Saturday, December 4, 2010

The AN/AWG-9 was an all-weather, X-Band, pulse-doppler radar designed by Hughes Aircraft for the US Navy F-14 Tomcat fighter. It was a very long-range air-to-air system with the capability of detecting and tracking more than 20 airborne targets and guiding several AIM-54 Phoenix or AIM-120 AMRAAM missiles at the same time using its track while scan mode. As the AN/AWG-9 used analog electronics, it was later replaced by the AN/APG-71, which was made up of all-digital units.

The AN/AWG-9 featured a variety of air-to-air modes including long-range continuous wave velocity search, range-while-search at shorter ranges, and the first use of an airborne track-while-scan mode with the ability to track up to 24 airborne targets, display 18 of them on the cockpit display panels, and launch against 6 of them at the same time. This function was originally designed to allow the Tomcat to shoot down formations of bombers at long range.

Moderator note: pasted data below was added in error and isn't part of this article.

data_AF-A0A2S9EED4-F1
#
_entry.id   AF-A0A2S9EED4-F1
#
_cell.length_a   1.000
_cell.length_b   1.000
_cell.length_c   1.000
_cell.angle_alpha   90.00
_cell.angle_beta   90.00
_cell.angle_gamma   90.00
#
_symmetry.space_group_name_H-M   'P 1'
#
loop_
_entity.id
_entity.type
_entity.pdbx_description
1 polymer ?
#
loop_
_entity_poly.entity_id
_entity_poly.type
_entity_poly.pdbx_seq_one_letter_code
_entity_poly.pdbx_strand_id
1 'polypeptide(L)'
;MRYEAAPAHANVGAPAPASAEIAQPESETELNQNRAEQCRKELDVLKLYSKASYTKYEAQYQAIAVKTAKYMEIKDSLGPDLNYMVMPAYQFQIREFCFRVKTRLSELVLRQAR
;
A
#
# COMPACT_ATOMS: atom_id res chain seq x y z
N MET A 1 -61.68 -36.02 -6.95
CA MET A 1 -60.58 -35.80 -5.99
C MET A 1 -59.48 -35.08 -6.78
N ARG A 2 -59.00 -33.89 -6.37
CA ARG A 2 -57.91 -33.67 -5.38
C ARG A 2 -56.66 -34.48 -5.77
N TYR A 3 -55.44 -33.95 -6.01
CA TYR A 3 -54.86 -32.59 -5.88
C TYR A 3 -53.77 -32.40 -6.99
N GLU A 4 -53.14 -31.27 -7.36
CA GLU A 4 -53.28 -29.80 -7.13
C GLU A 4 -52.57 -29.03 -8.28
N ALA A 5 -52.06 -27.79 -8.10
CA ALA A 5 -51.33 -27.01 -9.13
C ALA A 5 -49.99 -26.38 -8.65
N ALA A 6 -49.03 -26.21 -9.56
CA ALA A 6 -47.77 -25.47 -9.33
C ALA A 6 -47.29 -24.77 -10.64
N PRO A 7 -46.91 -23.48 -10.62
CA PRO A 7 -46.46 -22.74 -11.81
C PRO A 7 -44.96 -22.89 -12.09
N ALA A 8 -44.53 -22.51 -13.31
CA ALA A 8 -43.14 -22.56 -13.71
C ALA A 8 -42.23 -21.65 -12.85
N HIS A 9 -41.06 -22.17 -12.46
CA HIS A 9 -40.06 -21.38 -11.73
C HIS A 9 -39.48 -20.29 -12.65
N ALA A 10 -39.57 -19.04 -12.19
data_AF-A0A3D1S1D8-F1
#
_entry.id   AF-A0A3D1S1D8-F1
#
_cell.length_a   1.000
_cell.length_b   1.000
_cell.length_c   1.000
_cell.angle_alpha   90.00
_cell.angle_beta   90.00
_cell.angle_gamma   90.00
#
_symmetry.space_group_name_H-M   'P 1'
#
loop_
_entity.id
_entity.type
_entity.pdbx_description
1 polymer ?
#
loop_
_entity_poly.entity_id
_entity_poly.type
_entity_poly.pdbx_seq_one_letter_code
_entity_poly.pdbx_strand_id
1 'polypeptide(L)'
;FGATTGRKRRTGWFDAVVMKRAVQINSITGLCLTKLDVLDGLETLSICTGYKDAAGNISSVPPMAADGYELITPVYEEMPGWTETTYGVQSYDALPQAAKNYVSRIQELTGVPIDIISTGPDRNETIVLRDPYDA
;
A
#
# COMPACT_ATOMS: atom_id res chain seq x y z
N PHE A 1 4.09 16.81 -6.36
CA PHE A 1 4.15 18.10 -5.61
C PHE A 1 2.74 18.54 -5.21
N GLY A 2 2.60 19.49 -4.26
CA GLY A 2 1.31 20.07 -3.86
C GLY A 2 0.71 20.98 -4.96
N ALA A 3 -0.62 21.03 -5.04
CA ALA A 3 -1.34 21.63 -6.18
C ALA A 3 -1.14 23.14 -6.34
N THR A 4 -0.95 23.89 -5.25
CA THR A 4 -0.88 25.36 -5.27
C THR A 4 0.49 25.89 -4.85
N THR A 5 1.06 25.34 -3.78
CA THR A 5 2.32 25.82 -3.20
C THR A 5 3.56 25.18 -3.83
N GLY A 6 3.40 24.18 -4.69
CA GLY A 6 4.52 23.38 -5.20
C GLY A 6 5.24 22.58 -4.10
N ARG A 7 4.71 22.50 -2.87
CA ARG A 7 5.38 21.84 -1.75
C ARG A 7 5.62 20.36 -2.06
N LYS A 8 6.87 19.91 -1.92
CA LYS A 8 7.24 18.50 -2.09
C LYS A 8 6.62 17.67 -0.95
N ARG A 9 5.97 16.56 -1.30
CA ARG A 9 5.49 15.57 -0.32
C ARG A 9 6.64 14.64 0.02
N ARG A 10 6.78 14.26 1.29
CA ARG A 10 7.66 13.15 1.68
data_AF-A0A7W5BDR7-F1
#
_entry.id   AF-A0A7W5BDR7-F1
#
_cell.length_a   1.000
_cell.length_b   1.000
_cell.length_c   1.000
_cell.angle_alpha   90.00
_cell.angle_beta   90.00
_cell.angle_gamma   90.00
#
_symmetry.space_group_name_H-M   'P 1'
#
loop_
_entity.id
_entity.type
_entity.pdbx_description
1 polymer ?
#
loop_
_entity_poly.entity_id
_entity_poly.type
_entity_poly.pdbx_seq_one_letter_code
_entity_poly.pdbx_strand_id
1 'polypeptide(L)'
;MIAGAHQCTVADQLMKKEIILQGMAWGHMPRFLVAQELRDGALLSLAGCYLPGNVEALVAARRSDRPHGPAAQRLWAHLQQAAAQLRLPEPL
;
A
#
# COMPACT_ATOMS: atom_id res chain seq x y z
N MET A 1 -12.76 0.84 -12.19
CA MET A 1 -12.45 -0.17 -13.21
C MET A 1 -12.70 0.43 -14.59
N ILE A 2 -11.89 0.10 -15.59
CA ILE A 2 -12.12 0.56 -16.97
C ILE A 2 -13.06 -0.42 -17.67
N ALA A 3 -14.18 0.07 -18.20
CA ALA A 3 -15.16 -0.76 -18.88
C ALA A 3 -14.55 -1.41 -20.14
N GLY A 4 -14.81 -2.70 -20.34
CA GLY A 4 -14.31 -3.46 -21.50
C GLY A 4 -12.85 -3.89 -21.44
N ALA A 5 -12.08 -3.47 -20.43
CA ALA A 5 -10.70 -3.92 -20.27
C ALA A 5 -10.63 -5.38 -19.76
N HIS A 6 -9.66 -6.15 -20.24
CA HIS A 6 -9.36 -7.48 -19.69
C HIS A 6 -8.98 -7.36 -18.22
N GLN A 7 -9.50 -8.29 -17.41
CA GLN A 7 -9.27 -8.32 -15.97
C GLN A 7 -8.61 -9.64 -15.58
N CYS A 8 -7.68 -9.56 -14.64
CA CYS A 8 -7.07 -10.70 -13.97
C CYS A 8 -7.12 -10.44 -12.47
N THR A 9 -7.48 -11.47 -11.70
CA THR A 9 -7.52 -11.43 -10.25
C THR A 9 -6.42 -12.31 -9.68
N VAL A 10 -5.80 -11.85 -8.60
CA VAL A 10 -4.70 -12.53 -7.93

The AN/AWG-9 was the result of a series of Navy programs to build what was known as a "fleet-defense fighter"; an aircraft armed with extremely long-range radars and missiles that would be able to engage formations of enemy aircraft well-away from aircraft carriers. The result was the AN/AWG-9 radar and Phoenix missile. On the F-14, the AWG-9 was capable of detecting bomber-sized targets at ranges exceeding 100 miles (160 km), and its doppler system allowed it to have look-down, shoot-down capabilities. Track-while-scan capability was provided by an Intel 8080 8-bit microprocessor. Programming it was accomplished using an 8-bit Assembly code. Hughes delivered enough AWG-9 systems and spares to equip approximately 600 F-14A/B aircraft for the Navy.